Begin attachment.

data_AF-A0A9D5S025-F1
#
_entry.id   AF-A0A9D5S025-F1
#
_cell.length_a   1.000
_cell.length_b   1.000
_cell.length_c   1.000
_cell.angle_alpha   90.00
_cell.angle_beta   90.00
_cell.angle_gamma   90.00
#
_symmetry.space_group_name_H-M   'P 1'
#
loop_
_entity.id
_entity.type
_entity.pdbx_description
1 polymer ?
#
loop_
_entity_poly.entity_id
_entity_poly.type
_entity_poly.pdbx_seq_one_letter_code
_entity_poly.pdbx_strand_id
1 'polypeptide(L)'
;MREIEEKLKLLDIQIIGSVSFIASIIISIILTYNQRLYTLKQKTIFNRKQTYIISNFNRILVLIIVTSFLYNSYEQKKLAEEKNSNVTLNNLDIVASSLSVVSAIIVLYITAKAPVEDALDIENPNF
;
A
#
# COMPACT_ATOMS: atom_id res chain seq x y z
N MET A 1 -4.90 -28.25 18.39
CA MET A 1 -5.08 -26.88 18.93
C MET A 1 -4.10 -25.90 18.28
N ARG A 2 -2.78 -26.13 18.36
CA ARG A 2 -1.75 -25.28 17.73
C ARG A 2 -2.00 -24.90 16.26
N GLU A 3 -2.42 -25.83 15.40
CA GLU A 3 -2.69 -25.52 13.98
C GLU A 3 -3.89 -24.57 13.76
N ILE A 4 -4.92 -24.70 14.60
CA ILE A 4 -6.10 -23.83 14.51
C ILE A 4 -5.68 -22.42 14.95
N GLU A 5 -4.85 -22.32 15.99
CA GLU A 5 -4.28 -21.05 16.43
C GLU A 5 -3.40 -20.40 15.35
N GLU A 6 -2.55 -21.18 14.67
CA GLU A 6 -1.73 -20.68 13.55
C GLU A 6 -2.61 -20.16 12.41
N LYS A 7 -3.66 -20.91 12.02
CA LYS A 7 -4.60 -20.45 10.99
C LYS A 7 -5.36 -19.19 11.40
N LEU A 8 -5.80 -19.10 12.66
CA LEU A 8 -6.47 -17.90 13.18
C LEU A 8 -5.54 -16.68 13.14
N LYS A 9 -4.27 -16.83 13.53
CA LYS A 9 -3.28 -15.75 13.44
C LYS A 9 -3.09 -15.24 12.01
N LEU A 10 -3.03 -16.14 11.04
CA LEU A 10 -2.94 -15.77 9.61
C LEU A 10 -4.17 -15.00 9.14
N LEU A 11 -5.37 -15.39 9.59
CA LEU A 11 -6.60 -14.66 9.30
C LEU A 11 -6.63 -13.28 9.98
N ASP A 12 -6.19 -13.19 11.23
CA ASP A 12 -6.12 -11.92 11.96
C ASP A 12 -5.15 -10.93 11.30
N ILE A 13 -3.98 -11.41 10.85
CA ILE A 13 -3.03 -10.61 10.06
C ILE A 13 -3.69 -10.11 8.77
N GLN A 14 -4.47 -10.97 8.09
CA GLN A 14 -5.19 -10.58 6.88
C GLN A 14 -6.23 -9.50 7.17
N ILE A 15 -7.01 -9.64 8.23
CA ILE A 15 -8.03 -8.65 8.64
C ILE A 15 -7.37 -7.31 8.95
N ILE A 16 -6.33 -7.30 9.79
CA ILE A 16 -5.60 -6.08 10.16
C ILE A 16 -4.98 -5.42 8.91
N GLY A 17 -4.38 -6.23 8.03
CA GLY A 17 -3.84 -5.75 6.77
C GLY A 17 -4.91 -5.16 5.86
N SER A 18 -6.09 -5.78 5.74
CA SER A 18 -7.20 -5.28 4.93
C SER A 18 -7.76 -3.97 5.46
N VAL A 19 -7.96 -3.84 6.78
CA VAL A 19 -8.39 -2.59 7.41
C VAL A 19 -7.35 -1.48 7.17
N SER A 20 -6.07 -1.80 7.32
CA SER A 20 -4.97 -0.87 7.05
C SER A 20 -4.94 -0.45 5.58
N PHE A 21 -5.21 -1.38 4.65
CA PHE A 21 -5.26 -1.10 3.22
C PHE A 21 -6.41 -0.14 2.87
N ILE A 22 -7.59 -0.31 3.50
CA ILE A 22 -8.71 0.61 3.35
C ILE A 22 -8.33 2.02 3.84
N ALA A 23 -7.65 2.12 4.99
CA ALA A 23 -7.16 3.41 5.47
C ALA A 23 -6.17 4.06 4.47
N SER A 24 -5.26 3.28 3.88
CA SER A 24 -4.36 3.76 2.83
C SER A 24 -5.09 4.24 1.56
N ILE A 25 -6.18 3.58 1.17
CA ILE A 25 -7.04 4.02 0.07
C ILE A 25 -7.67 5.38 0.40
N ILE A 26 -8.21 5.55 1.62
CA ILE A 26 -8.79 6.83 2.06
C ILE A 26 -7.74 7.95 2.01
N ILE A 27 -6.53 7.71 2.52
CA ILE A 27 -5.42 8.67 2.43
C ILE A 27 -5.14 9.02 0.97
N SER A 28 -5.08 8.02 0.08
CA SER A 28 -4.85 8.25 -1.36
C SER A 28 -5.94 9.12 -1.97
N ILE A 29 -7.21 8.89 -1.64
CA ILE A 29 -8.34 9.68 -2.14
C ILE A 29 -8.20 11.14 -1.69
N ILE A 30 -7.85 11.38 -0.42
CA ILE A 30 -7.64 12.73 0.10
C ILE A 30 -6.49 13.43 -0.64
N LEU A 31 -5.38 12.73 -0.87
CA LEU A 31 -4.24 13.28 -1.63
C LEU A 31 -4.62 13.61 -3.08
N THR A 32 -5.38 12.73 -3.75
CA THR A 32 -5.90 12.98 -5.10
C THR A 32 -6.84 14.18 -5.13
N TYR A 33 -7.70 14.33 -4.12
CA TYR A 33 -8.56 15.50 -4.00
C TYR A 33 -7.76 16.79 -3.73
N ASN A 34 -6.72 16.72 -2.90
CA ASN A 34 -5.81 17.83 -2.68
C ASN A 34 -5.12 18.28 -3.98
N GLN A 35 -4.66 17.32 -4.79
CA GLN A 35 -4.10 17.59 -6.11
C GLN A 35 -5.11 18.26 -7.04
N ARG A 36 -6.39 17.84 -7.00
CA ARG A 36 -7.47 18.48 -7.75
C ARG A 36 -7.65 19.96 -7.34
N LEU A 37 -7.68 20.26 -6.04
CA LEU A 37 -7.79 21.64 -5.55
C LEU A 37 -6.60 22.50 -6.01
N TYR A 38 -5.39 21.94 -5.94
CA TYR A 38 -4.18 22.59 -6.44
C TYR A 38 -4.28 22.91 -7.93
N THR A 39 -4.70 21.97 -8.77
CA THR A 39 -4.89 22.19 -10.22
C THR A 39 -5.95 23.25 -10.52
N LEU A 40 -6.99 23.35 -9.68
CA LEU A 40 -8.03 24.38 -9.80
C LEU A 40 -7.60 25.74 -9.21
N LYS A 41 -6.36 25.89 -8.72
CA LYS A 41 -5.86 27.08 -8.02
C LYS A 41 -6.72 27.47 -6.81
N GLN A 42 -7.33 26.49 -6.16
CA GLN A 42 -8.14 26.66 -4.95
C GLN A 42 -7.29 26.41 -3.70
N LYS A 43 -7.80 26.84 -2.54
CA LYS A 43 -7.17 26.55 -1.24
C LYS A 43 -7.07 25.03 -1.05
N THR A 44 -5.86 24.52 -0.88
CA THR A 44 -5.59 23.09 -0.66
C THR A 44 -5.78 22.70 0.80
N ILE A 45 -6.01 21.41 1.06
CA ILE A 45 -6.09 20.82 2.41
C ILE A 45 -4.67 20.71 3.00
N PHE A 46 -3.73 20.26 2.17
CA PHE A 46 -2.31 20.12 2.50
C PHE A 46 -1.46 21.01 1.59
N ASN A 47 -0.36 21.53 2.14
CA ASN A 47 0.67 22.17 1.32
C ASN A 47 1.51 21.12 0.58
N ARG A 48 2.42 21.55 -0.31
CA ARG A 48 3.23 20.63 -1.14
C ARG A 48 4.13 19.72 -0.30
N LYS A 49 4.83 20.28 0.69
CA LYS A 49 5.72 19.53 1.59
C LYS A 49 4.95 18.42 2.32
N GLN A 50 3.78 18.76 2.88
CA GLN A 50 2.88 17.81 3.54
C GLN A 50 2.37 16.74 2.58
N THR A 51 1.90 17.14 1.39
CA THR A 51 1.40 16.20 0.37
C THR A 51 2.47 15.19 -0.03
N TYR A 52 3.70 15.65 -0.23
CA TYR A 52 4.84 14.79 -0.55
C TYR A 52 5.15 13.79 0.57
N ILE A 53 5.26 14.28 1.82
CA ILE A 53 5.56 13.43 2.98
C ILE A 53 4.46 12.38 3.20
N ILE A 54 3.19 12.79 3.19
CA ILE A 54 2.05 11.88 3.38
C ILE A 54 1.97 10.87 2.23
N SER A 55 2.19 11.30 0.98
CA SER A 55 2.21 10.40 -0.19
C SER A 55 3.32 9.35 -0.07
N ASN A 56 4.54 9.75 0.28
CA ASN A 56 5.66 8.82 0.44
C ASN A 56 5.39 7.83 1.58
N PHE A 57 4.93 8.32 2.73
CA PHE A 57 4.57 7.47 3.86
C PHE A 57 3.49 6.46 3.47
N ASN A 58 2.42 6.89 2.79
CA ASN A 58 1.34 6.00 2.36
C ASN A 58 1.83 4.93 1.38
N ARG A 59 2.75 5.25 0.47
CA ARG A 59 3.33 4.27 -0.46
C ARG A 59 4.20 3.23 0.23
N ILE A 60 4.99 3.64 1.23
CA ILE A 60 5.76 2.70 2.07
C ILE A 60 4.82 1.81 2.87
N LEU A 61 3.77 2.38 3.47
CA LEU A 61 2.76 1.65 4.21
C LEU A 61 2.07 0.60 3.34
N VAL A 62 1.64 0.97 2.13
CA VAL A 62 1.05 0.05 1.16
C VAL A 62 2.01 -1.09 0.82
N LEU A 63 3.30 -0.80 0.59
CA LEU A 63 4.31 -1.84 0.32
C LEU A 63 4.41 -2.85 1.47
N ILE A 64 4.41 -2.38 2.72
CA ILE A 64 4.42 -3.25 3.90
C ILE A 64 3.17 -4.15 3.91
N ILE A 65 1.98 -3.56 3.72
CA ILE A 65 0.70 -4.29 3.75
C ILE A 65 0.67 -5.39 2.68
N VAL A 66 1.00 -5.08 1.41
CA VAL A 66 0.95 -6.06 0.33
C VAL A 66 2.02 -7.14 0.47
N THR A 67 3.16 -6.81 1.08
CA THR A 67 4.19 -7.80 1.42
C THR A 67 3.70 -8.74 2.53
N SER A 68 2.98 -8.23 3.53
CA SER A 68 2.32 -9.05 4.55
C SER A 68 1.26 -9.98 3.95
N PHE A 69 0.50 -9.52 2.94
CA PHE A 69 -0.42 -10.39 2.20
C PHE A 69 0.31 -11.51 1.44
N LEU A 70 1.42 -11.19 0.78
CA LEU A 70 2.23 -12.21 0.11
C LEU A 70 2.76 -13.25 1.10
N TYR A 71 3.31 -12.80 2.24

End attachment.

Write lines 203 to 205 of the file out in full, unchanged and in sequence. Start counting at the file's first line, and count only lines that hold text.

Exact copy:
CA ASN A 58 1.34 6.00 2.36
C ASN A 58 1.83 4.93 1.38
N ARG A 59 2.75 5.25 0.47